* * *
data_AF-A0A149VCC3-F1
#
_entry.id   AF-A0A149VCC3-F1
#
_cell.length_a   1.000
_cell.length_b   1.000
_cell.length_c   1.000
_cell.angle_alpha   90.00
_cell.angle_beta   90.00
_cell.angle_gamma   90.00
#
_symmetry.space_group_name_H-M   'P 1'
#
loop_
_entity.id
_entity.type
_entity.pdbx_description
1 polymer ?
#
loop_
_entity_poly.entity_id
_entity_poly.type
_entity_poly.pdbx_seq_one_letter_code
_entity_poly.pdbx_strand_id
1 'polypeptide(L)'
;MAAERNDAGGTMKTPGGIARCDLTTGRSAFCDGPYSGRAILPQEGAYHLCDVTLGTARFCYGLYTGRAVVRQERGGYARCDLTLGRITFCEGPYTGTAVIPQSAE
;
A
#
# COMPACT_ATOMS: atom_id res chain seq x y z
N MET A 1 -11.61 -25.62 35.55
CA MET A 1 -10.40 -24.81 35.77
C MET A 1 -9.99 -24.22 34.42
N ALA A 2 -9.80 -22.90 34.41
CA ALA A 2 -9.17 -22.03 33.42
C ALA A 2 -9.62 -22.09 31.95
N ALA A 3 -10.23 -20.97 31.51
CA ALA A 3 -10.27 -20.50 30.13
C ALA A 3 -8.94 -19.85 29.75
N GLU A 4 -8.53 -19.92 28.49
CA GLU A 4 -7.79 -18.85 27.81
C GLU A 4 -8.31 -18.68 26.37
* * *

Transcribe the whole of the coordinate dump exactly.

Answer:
data_AF-A0A149VCC3-F1
#
_entry.id   AF-A0A149VCC3-F1
#
_cell.length_a   1.000
_cell.length_b   1.000
_cell.length_c   1.000
_cell.angle_alpha   90.00
_cell.angle_beta   90.00
_cell.angle_gamma   90.00
#
_symmetry.space_group_name_H-M   'P 1'
#
loop_
_entity.id
_entity.type
_entity.pdbx_description
1 polymer ?
#
loop_
_entity_poly.entity_id
_entity_poly.type
_entity_poly.pdbx_seq_one_letter_code
_entity_poly.pdbx_strand_id
1 'polypeptide(L)'
;MAAERNDAGGTMKTPGGIARCDLTTGRSAFCDGPYSGRAILPQEGAYHLCDVTLGTARFCYGLYTGRAVVRQERGGYARCDLTLGRITFCEGPYTGTAVIPQSAE
;
A
#
# COMPACT_ATOMS: atom_id res chain seq x y z
N MET A 1 -11.61 -25.62 35.55
CA MET A 1 -10.40 -24.81 35.77
C MET A 1 -9.99 -24.22 34.42
N ALA A 2 -9.80 -22.90 34.41
CA ALA A 2 -9.17 -22.03 33.42
C ALA A 2 -9.62 -22.09 31.95
N ALA A 3 -10.23 -20.97 31.51
CA ALA A 3 -10.27 -20.50 30.13
C ALA A 3 -8.94 -19.85 29.75
N GLU A 4 -8.53 -19.92 28.49
CA GLU A 4 -7.79 -18.85 27.81
C GLU A 4 -8.31 -18.68 26.37